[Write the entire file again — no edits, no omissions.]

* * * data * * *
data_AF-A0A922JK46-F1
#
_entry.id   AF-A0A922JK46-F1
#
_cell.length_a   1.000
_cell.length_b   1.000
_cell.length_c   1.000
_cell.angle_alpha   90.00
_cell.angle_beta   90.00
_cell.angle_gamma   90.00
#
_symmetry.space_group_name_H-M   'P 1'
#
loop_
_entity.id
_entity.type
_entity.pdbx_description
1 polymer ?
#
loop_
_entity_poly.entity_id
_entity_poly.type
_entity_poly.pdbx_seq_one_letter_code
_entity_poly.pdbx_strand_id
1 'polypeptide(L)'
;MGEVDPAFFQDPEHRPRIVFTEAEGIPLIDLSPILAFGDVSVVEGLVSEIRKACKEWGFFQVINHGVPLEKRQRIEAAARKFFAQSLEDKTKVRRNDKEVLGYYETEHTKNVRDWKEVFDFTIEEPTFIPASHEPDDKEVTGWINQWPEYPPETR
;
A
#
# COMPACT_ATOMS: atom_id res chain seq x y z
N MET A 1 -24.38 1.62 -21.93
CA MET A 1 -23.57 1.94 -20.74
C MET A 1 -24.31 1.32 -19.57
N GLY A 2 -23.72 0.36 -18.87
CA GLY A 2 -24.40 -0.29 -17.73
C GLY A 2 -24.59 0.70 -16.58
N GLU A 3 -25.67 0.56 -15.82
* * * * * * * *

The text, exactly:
data_AF-A0A922JK46-F1
#
_entry.id   AF-A0A922JK46-F1
#
_cell.length_a   1.000
_cell.length_b   1.000
_cell.length_c   1.000
_cell.angle_alpha   90.00
_cell.angle_beta   90.00
_cell.angle_gamma   90.00
#
_symmetry.space_group_name_H-M   'P 1'
#
loop_
_entity.id
_entity.type
_entity.pdbx_description
1 polymer ?
#
loop_
_entity_poly.entity_id
_entity_poly.type
_entity_poly.pdbx_seq_one_letter_code
_entity_poly.pdbx_strand_id
1 'polypeptide(L)'
;MGEVDPAFFQDPEHRPRIVFTEAEGIPLIDLSPILAFGDVSVVEGLVSEIRKACKEWGFFQVINHGVPLEKRQRIEAAARKFFAQSLEDKTKVRRNDKEVLGYYETEHTKNVRDWKEVFDFTIEEPTFIPASHEPDDKEVTGWINQWPEYPPETR
;
A
#
# COMPACT_ATOMS: atom_id res chain seq x y z
N MET A 1 -24.38 1.62 -21.93
CA MET A 1 -23.57 1.94 -20.74
C MET A 1 -24.31 1.32 -19.57
N GLY A 2 -23.72 0.36 -18.87
CA GLY A 2 -24.40 -0.29 -17.73
C GLY A 2 -24.59 0.70 -16.58
N GLU A 3 -25.67 0.56 -15.82